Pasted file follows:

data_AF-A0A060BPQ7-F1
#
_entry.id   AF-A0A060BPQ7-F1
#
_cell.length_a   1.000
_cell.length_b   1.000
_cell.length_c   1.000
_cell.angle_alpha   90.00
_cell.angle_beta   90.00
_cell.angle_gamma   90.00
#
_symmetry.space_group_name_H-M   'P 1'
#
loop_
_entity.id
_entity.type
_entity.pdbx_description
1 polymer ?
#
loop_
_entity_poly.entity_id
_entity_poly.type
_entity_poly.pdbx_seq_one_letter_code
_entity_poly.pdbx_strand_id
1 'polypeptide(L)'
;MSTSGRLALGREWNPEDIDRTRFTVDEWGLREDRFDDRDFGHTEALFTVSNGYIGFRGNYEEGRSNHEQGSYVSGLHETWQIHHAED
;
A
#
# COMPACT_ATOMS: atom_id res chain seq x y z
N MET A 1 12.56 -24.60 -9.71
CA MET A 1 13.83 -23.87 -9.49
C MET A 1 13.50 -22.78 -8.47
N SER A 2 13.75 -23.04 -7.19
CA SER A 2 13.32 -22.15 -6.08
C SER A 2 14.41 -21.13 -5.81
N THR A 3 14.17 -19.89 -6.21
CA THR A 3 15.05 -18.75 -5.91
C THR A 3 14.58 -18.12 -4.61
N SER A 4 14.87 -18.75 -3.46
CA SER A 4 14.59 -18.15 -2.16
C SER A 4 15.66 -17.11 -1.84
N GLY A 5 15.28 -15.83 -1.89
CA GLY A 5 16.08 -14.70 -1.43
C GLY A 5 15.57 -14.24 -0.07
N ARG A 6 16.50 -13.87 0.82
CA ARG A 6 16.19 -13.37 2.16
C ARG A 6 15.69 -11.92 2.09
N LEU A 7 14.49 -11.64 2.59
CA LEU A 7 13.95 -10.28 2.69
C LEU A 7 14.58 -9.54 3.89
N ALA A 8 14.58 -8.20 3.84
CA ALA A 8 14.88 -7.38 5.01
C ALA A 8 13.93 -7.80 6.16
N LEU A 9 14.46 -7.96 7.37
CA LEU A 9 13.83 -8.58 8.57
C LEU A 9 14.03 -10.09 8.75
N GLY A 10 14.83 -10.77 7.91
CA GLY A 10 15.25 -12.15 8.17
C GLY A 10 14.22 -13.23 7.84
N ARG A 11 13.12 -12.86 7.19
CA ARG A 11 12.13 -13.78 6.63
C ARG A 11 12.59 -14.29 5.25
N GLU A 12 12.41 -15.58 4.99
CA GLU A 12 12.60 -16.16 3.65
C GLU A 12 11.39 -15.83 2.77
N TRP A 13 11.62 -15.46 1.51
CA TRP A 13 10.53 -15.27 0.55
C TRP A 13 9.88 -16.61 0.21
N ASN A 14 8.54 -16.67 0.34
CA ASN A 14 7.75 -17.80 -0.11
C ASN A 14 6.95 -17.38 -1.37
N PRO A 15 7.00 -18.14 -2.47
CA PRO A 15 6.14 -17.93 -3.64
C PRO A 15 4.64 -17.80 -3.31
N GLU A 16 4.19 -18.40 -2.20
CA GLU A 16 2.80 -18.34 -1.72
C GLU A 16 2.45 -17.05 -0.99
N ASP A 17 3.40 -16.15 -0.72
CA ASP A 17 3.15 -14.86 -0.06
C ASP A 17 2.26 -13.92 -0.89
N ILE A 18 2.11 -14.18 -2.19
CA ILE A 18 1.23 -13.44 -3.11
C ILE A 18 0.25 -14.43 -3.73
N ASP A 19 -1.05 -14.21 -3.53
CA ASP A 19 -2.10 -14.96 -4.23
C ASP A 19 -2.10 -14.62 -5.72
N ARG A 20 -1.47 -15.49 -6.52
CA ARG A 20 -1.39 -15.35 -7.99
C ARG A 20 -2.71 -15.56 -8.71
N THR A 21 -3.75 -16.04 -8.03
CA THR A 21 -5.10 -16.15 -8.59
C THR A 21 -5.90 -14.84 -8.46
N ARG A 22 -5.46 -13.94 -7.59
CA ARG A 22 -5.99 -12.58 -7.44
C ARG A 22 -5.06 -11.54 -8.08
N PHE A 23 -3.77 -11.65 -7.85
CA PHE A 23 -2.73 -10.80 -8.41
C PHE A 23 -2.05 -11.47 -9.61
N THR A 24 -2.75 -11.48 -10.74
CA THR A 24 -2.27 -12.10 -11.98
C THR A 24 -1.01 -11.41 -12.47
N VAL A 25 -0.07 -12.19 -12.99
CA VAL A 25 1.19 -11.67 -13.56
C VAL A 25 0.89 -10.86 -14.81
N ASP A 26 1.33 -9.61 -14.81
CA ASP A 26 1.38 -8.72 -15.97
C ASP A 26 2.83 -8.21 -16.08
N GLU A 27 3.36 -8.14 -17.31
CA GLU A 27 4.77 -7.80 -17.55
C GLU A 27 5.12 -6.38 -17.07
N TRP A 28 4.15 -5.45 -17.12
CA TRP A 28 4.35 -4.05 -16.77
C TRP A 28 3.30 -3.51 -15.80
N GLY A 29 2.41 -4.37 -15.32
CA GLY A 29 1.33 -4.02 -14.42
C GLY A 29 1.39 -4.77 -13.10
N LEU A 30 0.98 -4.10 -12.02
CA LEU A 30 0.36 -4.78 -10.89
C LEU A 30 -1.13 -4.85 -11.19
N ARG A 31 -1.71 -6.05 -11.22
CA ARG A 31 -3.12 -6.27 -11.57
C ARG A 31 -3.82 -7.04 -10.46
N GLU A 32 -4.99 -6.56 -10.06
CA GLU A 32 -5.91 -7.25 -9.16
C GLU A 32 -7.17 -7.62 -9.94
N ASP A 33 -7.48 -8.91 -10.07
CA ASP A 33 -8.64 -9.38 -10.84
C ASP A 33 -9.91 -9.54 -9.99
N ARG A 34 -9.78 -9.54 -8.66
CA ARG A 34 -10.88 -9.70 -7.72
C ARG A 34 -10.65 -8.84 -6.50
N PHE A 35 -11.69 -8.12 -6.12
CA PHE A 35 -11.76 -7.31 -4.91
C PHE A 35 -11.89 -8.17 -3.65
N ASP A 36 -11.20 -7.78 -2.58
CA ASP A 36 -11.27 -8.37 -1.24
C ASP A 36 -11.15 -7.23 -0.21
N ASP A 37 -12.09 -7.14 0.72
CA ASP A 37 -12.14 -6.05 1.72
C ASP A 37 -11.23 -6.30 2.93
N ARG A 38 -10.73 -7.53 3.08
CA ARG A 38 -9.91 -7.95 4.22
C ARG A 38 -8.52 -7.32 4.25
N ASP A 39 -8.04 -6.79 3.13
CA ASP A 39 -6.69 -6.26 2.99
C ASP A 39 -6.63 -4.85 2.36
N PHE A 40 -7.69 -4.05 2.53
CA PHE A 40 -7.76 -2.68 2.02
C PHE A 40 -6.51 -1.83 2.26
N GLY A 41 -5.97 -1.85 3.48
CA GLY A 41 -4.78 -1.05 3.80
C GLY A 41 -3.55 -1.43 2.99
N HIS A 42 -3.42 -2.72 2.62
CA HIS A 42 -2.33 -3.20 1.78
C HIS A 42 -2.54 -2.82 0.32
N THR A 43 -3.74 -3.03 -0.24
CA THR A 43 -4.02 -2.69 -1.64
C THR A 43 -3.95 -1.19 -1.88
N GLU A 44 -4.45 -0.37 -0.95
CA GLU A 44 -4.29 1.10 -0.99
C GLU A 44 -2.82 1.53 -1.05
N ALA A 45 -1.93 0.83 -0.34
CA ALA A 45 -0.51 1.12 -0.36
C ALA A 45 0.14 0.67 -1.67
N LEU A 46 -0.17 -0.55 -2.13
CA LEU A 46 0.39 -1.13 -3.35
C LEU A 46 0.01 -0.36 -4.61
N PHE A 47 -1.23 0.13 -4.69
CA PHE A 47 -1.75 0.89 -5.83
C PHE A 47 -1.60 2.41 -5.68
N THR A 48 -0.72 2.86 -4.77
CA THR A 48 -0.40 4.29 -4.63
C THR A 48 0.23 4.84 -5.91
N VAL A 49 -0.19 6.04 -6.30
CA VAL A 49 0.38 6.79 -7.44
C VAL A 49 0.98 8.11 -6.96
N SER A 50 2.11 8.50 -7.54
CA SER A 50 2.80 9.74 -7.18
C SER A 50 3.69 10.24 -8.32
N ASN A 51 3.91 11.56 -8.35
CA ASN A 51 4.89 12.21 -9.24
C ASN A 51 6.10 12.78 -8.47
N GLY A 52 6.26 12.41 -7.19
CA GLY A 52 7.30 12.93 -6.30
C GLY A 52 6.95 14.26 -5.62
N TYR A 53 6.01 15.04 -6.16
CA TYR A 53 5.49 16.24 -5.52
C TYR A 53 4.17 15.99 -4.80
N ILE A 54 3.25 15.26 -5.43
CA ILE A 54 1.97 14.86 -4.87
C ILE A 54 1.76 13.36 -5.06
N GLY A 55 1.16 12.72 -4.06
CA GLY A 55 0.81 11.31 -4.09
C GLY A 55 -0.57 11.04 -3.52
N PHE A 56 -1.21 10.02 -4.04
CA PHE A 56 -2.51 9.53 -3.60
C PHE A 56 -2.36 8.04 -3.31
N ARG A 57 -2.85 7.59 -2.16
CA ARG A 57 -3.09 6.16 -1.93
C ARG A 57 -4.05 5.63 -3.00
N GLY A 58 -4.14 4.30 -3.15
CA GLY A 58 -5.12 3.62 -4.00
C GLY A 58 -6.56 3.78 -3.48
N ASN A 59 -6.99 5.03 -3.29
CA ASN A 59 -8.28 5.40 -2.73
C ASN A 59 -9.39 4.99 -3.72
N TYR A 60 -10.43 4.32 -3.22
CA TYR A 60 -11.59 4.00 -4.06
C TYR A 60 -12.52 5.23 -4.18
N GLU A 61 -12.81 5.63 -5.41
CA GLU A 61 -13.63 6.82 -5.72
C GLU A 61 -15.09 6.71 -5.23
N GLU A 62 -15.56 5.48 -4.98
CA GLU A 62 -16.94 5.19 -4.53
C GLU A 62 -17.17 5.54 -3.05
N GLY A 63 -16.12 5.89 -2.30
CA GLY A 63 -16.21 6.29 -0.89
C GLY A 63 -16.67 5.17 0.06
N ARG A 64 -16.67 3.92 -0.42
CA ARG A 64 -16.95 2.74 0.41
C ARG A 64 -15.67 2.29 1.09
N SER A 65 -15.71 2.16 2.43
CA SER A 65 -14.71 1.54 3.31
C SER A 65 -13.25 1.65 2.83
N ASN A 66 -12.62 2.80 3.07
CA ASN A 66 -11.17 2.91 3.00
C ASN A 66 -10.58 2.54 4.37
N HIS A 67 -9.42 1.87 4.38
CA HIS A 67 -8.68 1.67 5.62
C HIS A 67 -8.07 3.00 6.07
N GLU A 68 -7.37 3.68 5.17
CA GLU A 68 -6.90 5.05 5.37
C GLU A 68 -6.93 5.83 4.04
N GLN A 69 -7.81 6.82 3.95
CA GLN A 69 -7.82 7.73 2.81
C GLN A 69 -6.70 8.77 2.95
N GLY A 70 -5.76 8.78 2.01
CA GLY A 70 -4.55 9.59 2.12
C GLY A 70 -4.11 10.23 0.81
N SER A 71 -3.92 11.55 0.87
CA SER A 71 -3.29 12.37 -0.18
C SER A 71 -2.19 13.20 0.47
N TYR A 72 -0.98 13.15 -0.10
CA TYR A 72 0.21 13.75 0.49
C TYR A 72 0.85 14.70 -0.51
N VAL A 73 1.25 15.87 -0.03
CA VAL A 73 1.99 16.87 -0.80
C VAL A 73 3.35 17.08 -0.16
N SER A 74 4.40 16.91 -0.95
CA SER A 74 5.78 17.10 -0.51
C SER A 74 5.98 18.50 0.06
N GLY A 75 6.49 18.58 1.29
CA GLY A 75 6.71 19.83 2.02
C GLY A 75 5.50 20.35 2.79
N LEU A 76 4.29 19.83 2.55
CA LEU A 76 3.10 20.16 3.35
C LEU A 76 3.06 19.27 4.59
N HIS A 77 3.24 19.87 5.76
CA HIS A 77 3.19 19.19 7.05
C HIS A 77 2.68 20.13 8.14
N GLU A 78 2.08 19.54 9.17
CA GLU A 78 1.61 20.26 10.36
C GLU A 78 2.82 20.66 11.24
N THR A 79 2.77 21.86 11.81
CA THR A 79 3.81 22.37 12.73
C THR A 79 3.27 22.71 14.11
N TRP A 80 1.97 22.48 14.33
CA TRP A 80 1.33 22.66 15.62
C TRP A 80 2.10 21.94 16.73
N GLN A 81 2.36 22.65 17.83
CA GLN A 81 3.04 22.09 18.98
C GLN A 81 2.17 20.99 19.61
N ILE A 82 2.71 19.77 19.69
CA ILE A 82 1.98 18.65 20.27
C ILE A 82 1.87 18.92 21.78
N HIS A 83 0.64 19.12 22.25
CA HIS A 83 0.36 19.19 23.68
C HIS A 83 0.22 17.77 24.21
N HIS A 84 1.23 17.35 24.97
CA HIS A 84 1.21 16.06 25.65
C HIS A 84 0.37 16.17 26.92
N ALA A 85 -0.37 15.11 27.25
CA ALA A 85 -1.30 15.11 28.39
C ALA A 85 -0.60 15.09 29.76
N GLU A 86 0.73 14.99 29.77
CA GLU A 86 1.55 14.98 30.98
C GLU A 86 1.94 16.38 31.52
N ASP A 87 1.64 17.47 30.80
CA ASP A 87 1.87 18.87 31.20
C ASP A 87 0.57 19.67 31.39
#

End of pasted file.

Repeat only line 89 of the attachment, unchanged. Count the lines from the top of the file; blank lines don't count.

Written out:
CA ARG A 20 -1.39 -15.35 -7.99